public void init(String address, MessageSender sender) throws Exception {
    this.sender = sender;

  public void close() {

  public abstract void generate(Serializable message, int count) throws Exception;

As you can see, an already configured instance of MessageSender must be passed to the MessageGenerator in the init() method. It is not a constructor because some configuration of the generator might be performed first in its descendants. This abstract generator supposes that the message sender is thread safe, because it uses just a single instance to pass all the messages through. Descendants might want to clone this instance in case it were not thread safe.

We used several new features of Java 6 to create a message generator that just sends all the messages to the server in a given number of threads. Let's first examine a sender task that is created per each thread. It uses shared AtomicInteger to keep track of actually sent messages.

public class SenderTask implements Runnable {
  private MessageSender sender; // shared sender
  private Serializable message; // message to send
  private AtomicInteger counter; // shared message counter
  private int count; //  number of messages for this thread

  public SenderTask(AtomicInteger counter, MessageSender sender, 
      String address, Serializable message, int count) 
      throws Exception {
    this.count = count;
    this.sender = sender;
    this.message = message;
    this.counter = counter;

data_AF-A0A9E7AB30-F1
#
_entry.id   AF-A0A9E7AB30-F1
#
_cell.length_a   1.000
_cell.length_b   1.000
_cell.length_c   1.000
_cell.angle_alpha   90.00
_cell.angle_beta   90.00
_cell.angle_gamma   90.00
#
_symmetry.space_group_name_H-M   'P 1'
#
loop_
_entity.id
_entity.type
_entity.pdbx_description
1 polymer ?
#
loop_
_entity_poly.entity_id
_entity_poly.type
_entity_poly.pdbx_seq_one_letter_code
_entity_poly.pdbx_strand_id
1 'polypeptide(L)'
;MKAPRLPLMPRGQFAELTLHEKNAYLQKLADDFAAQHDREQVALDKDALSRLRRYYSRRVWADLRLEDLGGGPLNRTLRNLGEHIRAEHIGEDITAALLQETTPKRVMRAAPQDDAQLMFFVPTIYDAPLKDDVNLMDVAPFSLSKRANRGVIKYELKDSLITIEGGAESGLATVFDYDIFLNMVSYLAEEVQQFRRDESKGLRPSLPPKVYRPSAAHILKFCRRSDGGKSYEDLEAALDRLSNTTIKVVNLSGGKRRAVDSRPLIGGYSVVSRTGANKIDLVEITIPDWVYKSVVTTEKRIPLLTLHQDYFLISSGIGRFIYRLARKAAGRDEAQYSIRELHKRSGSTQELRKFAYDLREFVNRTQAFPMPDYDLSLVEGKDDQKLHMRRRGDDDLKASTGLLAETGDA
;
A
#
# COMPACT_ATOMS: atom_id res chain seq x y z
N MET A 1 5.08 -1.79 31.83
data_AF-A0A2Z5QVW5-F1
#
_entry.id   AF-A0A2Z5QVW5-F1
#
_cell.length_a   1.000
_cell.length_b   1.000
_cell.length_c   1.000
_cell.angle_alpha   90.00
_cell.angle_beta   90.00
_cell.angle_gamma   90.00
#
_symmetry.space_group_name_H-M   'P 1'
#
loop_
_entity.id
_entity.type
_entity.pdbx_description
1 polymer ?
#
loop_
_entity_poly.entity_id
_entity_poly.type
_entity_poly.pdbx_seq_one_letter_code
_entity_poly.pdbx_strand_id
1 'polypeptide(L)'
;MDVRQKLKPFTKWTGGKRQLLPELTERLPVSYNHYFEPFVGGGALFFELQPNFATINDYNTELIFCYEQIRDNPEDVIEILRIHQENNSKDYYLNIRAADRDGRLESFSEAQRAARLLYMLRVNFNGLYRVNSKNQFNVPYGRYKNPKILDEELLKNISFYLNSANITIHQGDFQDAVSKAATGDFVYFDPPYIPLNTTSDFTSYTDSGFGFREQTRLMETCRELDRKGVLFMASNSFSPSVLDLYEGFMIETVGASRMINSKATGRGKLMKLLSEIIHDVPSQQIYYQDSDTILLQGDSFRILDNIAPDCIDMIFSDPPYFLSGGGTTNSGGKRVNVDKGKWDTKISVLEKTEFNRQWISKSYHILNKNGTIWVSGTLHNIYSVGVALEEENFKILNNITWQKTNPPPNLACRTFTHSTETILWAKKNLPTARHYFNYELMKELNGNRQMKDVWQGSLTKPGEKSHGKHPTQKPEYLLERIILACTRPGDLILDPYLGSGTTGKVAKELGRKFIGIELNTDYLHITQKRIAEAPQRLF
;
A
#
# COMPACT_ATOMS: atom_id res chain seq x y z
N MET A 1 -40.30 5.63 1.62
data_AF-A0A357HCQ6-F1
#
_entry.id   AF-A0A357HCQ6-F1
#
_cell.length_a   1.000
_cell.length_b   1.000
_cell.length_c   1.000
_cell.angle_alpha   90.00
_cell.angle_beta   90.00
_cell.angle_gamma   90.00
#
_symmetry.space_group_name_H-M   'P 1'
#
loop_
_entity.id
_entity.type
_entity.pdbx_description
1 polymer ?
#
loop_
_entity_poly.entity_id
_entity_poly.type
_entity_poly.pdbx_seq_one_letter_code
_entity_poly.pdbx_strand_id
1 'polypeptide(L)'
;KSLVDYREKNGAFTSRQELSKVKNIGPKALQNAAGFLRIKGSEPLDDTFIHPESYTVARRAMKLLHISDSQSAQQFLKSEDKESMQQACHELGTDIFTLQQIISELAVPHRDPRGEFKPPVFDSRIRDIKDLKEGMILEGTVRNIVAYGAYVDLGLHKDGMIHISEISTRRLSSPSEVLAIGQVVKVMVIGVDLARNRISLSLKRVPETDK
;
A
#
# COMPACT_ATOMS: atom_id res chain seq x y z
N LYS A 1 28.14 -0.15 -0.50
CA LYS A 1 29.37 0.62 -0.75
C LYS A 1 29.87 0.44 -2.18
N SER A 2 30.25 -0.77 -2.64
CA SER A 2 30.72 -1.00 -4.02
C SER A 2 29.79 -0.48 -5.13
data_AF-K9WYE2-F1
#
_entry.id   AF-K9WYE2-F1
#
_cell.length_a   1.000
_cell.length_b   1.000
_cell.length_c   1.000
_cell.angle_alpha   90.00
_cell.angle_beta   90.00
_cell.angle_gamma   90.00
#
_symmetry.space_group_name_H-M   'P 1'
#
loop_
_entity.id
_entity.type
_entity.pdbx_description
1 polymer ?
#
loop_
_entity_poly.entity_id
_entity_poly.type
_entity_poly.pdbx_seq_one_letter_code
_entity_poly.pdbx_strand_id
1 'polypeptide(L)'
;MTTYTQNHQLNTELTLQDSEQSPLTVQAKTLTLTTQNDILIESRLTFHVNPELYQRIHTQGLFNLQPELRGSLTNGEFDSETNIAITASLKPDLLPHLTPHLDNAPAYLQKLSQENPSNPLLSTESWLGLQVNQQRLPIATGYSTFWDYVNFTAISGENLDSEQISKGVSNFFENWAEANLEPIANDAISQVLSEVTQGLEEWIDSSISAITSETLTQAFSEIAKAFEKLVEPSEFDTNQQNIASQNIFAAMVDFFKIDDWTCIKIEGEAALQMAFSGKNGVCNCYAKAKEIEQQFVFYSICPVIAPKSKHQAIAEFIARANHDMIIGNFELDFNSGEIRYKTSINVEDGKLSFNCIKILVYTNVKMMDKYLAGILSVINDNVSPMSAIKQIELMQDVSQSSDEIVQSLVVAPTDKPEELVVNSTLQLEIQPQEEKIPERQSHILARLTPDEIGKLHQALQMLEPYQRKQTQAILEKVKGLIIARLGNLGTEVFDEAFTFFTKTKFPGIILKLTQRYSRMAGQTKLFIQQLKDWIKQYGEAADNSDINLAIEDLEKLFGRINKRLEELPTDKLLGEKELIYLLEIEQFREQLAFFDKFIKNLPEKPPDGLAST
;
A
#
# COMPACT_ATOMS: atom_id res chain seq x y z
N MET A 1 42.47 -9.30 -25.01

// expect sender's uninitialized clone

  public void run() {
    try {
      for (int i = 0; i < count; i++) {
        sender.send(message, null);
    } catch (Exception e) {
    } finally {

In the next listing, there is an implementation of the generate() method. No speed measurement code is included but the main goal here was to show the ExecutorService's usage.

public void generate(Serializable message, int count) 
    throws Exception {
  List<SenderTask> taskList = 
    new ArrayList<SenderTask>(threads);

  // Let tasks to initialize senders
  for (int i = 0; i < threads; i++) {
    taskList.add(new SenderTask(counter, sender.clone(), 
      address, message, perThreadMessageCount);

  // Submit all tasks for completion
  ExecutorService es = Executors.newFixedThreadPool(threads);
  for (int i = 0; i < threads; i++) {

  // Wait for termination
  boolean terminated = false;
  while (!terminated) {
    // output current state
    // take some sleep
    // updated 'terminated' variable

As you can see, clones of the original sender are created for us not to have to take care of the thread safeness. Individual SenderTask instances are created in advance for all sender clones to get initialized. Then the instances are put in an ExecutorService and executed. While we are waiting for all threads to finish, we can periodically output current and overall throughput for instance.


This concept already demonstrated its value in real world scenarios. We were able to write various message senders and generators easily and quickly. Even though it may look simple, there are some factors you must take into consideration.

First is the warm up period of the server. You could either run the test several times and ignore a couple of first runs, or extend the generator to throw in some more messages and do not count them.

Second, always make sure that the client is able to generate messages several times faster than the server is able to process. Otherwise, you measure the client's performance, which is something you do not want probably.

WSDL 2.0: Quick reference

I wrote this blog entry mainly for me - to beat WSDL structure in my mind in a clean and nice way. Hopefully, it will help some others as well.